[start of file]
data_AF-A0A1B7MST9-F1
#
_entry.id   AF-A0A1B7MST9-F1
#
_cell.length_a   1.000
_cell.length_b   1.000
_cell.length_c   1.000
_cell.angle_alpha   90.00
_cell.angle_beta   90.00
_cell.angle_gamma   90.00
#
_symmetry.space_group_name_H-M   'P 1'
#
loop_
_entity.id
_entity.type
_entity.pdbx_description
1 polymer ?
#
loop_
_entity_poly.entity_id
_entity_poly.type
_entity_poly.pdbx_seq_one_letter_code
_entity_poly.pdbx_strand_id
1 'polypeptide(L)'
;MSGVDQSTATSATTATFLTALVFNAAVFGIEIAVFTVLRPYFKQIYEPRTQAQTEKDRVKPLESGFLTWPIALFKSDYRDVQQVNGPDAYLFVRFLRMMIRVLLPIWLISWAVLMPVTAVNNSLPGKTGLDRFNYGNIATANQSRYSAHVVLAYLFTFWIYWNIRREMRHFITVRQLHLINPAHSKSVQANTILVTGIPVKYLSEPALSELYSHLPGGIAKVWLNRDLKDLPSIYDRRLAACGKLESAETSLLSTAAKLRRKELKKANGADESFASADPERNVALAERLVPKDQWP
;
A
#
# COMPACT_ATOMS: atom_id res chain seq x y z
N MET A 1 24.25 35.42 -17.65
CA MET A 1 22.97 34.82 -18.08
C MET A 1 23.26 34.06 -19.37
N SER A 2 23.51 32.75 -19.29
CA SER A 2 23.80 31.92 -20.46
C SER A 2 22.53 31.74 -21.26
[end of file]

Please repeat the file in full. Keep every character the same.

data_AF-A0A1B7MST9-F1
#
_entry.id   AF-A0A1B7MST9-F1
#
_cell.length_a   1.000
_cell.length_b   1.000
_cell.length_c   1.000
_cell.angle_alpha   90.00
_cell.angle_beta   90.00
_cell.angle_gamma   90.00
#
_symmetry.space_group_name_H-M   'P 1'
#
loop_
_entity.id
_entity.type
_entity.pdbx_description
1 polymer ?
#
loop_
_entity_poly.entity_id
_entity_poly.type
_entity_poly.pdbx_seq_one_letter_code
_entity_poly.pdbx_strand_id
1 'polypeptide(L)'
;MSGVDQSTATSATTATFLTALVFNAAVFGIEIAVFTVLRPYFKQIYEPRTQAQTEKDRVKPLESGFLTWPIALFKSDYRDVQQVNGPDAYLFVRFLRMMIRVLLPIWLISWAVLMPVTAVNNSLPGKTGLDRFNYGNIATANQSRYSAHVVLAYLFTFWIYWNIRREMRHFITVRQLHLINPAHSKSVQANTILVTGIPVKYLSEPALSELYSHLPGGIAKVWLNRDLKDLPSIYDRRLAACGKLESAETSLLSTAAKLRRKELKKANGADESFASADPERNVALAERLVPKDQWP
;
A
#
# COMPACT_ATOMS: atom_id res chain seq x y z
N MET A 1 24.25 35.42 -17.65
CA MET A 1 22.97 34.82 -18.08
C MET A 1 23.26 34.06 -19.37
N SER A 2 23.51 32.75 -19.29
CA SER A 2 23.80 31.92 -20.46
C SER A 2 22.53 31.74 -21.26